6. Facilitating a dynamic insurer/client relationship
    Electronic health records securely stored on a smart contract could be the foundation for integrating a wide variety of wellness-related behaviors into the insurer/client dynamic.

Health and life insurers should be bold when it comes to blockchain. The greatest opportunities may extend beyond making incremental improvements in current business models to harnessing blockchain’s unique attributes to create entirely new types of interactive policies and launch innovative services that add value and grow the business.

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Moving the needle towards interoperable health records

Blockchain’s added security and ability to establish trust between entities are two reasons why it can help solve the interoperability problem better than today’s existing technologies. An interoperable and comprehensive health record on the blockchain would most likely be pulled directly from existing EHRs in hospitals and physician offices. Today’s health records are typically stored within a single provider system. With blockchain, providers could either select which information to upload to a shared blockchain when a patient event occurs, or continuously upload to the blockchain.

Some of today’s interoperability challenges will remain with the integration of blockchain. However, the benefits of establishing an interoperable, comprehensive health record, both in the short and long term, should push stakeholders to explore this technology and may impact how health information exchanges operate in the future.

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What should insurers be doing about blockchain?

  • Insurers face intensifying pressure to reduce administrative costs, an area where blockchain might make a big impact by modernizing fragmented legacy IT systems, improving efficiency, and bolstering competitiveness.
  • The insurance industry’s aging workforce necessitates pursuing increased automation, which can be enabled by blockchain capabilities.
  • New systems, processes, security protocols, and business models are needed to respond to rising customer expectations for tailored services, heightened privacy, innovative products, added value, and competitive pricing from their insurers.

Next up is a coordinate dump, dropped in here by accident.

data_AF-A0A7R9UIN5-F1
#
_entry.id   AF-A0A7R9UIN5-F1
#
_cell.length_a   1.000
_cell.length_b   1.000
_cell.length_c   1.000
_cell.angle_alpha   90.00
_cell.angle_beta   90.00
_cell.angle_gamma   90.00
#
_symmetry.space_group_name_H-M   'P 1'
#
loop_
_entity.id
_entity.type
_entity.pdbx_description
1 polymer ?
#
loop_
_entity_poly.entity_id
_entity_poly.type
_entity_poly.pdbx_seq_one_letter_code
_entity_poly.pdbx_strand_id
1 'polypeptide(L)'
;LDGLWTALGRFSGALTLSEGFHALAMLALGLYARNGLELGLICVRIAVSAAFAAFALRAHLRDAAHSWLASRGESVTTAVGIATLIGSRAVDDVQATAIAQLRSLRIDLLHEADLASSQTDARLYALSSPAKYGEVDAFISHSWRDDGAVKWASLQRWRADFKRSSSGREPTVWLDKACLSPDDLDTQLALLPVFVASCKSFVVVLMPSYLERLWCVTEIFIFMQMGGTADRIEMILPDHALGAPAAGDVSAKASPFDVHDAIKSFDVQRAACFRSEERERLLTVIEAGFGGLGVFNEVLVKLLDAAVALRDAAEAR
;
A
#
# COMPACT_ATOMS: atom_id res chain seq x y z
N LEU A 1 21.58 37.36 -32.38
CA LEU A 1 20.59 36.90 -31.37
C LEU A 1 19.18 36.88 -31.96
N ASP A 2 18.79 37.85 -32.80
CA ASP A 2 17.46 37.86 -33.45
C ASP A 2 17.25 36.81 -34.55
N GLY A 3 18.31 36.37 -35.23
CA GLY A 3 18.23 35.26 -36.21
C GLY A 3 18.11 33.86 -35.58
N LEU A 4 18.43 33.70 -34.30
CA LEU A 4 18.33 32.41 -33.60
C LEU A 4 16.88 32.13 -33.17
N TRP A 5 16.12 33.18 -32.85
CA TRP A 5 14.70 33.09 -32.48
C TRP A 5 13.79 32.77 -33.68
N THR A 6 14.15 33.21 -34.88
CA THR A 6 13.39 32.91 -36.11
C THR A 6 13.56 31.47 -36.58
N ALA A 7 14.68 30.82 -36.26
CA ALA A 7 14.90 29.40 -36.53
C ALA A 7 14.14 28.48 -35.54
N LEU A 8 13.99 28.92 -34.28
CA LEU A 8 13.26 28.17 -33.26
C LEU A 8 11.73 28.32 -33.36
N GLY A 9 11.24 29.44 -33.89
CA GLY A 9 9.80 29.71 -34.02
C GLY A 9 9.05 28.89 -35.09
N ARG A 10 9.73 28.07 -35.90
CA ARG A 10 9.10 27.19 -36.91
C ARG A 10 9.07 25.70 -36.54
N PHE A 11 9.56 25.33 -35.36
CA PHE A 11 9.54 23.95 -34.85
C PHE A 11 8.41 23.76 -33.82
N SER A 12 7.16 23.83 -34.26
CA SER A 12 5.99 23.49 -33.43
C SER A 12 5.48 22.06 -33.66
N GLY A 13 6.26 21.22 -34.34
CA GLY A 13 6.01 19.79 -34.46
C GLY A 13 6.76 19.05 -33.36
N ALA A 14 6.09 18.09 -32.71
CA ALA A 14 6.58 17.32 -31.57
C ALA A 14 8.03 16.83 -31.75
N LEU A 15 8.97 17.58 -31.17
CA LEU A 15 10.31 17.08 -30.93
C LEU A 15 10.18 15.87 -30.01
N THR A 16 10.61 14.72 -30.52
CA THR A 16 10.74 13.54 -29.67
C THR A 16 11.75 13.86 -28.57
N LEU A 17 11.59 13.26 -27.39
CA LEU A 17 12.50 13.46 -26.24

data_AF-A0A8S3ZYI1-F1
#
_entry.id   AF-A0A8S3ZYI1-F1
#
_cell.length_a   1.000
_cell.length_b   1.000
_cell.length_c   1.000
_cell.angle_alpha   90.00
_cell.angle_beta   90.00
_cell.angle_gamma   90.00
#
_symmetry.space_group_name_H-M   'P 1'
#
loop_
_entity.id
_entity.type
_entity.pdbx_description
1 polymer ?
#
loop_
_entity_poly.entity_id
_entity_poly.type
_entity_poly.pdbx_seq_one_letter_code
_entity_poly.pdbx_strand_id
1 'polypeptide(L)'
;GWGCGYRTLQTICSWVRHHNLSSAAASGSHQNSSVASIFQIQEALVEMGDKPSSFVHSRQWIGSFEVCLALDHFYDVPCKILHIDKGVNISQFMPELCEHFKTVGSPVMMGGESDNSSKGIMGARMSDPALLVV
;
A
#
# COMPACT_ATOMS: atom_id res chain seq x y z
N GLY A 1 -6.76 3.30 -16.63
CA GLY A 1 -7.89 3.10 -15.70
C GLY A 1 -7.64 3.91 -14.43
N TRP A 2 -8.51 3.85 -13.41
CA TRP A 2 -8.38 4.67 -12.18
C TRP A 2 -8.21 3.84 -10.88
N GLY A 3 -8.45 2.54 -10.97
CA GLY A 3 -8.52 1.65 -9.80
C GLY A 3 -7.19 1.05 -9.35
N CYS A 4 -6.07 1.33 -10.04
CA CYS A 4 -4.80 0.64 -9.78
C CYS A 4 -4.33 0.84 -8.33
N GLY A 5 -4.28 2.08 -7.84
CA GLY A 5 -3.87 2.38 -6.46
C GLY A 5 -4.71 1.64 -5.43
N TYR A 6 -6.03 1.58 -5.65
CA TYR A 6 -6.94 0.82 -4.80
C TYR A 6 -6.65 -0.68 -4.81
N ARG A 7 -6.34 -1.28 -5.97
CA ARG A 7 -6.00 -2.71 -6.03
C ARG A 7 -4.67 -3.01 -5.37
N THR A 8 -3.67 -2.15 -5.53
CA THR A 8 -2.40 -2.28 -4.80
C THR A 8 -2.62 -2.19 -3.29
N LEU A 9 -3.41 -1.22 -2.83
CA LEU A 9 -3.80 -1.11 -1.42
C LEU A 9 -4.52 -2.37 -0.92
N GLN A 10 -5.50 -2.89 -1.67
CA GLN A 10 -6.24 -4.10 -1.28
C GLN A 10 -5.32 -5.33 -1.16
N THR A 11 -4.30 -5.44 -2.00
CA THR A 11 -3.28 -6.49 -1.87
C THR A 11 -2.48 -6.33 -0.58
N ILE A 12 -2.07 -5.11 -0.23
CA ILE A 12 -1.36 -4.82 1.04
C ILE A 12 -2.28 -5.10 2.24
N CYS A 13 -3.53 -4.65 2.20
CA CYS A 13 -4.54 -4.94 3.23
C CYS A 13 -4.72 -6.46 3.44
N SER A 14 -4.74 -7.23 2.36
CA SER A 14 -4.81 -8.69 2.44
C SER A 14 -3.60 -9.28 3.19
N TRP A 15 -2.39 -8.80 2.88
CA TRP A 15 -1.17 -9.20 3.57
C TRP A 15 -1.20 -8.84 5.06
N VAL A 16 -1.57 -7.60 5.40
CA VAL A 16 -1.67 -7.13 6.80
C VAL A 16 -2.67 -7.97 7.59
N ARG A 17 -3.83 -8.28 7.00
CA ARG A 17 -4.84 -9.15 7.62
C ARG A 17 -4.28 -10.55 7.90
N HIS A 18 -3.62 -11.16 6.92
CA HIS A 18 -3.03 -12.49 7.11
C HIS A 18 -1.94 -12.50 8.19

• Existing IT departments may not have the manpower or expertise to get blockchain off the drawing board and into the field. Therefore, insurers should identify and perhaps even invest in potential technology partners on blockchain’s cutting edge, as well as consider engaging with outside experts in blockchain development.
  • To realize blockchain’s full potential as a business transformation opportunity, insurers will need to leverage a number of other technologies in tandem, including advanced analytics, artificial intelligence, and IoT, as well as collaborate with a wide range of stakeholders.
  • Individual insurers and the industry as a whole should proactively work with broader health care consortiums to make sure the development of standards facilitating blockchain-enabled interoperable data repositories meets their own long-term commercial interests.
  • Insurers should strategize, experiment, and develop proofs of concept to leverage blockchain to create next-generation products and services featuring more interactive relationships with their policyholders, while future-proofing against encroachment from other industry sectors and non-traditional competitors.

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Based on our crowdsourcing exercise and analysis, health and life insurers should consider a number of factors when looking to launch blockchain projects and position themselves to be among the early beneficiaries of potential use cases.

Blockchain: How it works